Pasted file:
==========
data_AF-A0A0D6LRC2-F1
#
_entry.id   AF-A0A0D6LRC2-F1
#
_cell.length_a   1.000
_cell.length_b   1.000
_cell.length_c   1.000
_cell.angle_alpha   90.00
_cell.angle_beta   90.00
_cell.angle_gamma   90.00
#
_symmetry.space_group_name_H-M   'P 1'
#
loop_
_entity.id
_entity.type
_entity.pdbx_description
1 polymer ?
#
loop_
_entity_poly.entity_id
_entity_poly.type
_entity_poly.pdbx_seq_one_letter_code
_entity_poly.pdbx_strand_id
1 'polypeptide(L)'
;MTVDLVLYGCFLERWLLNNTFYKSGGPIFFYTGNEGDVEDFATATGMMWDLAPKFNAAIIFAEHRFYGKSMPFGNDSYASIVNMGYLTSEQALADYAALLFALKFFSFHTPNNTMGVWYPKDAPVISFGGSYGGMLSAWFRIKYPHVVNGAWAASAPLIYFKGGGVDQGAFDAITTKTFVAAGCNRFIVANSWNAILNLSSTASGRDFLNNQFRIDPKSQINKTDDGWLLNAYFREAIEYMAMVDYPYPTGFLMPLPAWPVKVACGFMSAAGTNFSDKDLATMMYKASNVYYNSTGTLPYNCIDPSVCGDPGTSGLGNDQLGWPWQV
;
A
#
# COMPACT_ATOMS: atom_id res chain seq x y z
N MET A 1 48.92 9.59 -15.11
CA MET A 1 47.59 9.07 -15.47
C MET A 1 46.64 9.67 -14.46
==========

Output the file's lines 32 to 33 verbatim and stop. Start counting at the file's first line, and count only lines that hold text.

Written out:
CA MET A 1 47.59 9.07 -15.47
C MET A 1 46.64 9.67 -14.46